The problematic nature of his oeuvre seems not to matter. To little avail, Ibn Warraq in Defending the West has convincingly shown that Orientalism is a veritable tissue of fabrications, misconceptions, internal contradictions, damaging omissions, historical blind spots, false attributions and extremely shabby scholarship, all amounting to what Warraq calls a form of “intellectual terrorism.” For all his suavity, Said possessed an intifadic temperament. The famous episode of the Columbia prof chucking stones at Israeli soldiers is only a physical embodiment of his textual lapidations. Ironically, in developing his position, Said condemns Western orientalists for employing “retrograde intellectual tactics,” which is precisely what Warraq reveals him to be guilty of.
Arabist Robert Irwin’s demolition of Said’s “labyrinth of false turns, trompe l’oeil perspectives and cul-de-sacs” is no less devastating. In For Lust of Knowing, Irwin writes that “the distortion of subject matter in Orientalism is so fundamental that to accept its broad framework as something to work with and then correct would be merely to waste one’s time.” Said’s book, he continues, “seems to me to be a work of malignant charlatanry in which it is hard to distinguish honest mistakes from willful misrepresentation.”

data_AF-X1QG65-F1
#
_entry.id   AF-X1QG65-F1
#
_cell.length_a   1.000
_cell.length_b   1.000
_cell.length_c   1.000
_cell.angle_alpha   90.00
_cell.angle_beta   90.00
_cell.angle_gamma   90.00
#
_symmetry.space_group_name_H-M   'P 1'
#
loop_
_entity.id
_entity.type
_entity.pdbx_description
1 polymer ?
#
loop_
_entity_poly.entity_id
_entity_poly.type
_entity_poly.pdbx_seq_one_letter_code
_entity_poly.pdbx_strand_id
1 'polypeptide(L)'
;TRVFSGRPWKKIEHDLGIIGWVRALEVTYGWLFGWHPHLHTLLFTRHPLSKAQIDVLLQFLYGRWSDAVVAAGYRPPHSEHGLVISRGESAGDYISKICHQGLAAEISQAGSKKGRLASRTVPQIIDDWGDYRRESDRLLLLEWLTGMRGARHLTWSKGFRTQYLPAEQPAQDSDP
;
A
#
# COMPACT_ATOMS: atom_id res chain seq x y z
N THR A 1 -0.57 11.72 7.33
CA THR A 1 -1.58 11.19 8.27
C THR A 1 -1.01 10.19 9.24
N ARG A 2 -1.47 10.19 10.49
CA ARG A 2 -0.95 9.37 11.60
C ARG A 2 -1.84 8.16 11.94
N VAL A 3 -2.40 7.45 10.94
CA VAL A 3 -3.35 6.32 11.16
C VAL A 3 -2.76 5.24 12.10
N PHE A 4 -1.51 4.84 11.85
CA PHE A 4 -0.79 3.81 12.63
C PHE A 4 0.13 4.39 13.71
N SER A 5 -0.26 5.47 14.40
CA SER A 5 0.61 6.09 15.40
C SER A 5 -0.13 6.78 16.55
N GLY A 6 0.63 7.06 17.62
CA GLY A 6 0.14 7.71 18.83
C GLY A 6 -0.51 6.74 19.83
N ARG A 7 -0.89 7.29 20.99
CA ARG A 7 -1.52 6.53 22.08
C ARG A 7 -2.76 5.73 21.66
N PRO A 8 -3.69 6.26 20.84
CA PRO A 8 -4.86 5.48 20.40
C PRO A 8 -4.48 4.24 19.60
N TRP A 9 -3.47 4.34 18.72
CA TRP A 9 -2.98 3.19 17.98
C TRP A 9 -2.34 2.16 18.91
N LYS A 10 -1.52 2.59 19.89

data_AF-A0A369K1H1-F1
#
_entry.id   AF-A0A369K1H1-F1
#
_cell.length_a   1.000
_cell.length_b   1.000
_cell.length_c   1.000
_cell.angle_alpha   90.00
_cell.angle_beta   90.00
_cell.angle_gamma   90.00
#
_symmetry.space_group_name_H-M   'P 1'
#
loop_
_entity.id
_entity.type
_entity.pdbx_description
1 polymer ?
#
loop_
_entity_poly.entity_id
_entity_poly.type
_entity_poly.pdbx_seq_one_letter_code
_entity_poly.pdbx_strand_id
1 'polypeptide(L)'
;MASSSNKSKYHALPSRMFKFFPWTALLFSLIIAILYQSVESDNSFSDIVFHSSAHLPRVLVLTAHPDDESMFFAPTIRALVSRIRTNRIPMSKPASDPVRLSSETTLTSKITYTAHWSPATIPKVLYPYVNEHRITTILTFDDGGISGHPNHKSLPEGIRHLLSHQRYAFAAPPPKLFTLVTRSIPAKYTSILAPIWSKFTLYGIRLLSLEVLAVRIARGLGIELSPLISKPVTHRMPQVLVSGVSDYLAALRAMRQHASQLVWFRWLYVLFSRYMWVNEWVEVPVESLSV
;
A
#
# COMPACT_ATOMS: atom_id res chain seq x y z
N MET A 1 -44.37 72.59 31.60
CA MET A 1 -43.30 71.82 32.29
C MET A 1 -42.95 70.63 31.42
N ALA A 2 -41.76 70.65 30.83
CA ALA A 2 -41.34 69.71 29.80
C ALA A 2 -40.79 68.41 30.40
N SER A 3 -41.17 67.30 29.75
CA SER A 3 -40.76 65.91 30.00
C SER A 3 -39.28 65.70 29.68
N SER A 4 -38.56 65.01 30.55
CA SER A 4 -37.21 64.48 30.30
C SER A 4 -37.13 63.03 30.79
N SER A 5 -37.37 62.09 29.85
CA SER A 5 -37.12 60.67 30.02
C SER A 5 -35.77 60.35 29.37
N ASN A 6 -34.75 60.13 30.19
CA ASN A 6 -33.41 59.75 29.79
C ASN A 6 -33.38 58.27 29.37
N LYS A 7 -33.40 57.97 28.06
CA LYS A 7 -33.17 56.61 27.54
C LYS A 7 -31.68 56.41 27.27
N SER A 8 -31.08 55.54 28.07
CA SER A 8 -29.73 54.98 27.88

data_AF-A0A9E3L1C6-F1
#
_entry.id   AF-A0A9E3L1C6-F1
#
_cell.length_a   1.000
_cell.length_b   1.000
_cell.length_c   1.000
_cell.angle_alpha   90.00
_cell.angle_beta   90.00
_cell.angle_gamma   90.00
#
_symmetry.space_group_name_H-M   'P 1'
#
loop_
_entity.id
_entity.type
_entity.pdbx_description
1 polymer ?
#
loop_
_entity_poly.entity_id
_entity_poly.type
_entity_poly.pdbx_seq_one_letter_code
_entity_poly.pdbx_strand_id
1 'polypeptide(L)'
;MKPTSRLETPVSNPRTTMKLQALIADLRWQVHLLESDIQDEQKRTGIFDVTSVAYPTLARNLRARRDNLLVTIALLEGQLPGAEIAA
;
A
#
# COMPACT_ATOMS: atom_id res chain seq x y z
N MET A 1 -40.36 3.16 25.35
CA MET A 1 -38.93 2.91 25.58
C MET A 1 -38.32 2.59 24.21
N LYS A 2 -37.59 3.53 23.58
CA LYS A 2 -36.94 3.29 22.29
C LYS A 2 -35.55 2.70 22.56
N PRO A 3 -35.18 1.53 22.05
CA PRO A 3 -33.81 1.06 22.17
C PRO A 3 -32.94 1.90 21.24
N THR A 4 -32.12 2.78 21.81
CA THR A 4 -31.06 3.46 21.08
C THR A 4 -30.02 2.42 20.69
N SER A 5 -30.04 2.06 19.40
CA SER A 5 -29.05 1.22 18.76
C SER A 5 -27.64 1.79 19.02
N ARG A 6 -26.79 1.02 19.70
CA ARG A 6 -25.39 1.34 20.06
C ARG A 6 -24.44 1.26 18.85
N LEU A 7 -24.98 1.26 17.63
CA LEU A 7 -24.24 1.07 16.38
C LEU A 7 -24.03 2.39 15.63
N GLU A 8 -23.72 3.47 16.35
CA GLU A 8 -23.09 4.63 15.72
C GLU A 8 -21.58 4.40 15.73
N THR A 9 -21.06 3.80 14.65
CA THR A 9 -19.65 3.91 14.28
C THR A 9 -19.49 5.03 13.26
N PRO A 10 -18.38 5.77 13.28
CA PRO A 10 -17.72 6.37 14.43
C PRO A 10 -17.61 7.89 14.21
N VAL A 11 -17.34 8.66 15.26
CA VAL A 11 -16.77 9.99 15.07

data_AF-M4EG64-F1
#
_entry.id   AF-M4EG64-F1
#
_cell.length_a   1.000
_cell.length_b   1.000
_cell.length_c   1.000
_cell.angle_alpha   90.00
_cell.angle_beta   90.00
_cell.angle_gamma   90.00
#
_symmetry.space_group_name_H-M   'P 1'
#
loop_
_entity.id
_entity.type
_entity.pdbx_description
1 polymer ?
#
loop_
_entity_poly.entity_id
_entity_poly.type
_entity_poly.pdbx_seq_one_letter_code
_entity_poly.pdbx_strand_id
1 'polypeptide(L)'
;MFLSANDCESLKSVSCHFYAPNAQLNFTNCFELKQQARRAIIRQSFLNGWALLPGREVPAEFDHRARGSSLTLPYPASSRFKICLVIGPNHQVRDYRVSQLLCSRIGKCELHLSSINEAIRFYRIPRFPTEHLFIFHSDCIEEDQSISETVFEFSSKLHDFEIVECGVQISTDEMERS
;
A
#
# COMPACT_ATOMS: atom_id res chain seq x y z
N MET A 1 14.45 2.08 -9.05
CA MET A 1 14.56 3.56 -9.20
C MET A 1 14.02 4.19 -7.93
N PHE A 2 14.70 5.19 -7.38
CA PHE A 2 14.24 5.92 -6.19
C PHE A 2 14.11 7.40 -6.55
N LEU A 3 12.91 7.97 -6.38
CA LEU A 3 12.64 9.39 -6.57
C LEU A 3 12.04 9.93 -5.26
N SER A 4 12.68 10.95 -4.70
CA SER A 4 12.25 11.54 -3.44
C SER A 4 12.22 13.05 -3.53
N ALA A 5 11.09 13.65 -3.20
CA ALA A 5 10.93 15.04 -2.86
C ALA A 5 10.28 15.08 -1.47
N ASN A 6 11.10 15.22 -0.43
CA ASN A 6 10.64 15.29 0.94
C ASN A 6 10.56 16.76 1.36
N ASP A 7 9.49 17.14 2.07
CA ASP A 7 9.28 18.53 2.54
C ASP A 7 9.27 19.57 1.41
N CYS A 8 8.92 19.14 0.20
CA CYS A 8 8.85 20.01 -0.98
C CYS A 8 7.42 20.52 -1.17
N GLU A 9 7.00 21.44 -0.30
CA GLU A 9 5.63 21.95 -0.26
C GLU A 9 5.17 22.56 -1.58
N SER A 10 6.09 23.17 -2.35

Apart from Warraq and Irwin, as well as Bernard Lewis in his well-known quarrel with Said, Kanan Makiya (incidentally, no great friend of Israel) in Cruelty and Silence, Martin Kramer in Ivory Towers on Sand and a seemingly repentant Christopher Hitchins, who once collaborated with Said, very few thinkers have had the audacity or the courage to call Said’s bluff. Why have we so capriciously accepted his thesis that the West has worked with prefab stereotypes of the Orient? Why, with few exceptions, have we not investigated how the Orient has assembled an equally illusory straw man of its presumed Western oppressor? (One such exception is furnished by Ian Buruma and Avishai Margolit’s Occidentalism, dealing with the “dehumanizing picture of the West painted by its enemies.”) And why, for that matter, have we waited so long to explode Said’s self-perpetuated myth of origins—or to savor the piquant fact, as Jack Cashill conclusively documents in Hoodwinked and again in Deconstructing Obama, that he was born in a Jewish hospital in Jerusalem where his parents rightly evaluated the odds of a safe delivery? And that Said, whose father was a naturalized American, also held American citizenship from birth.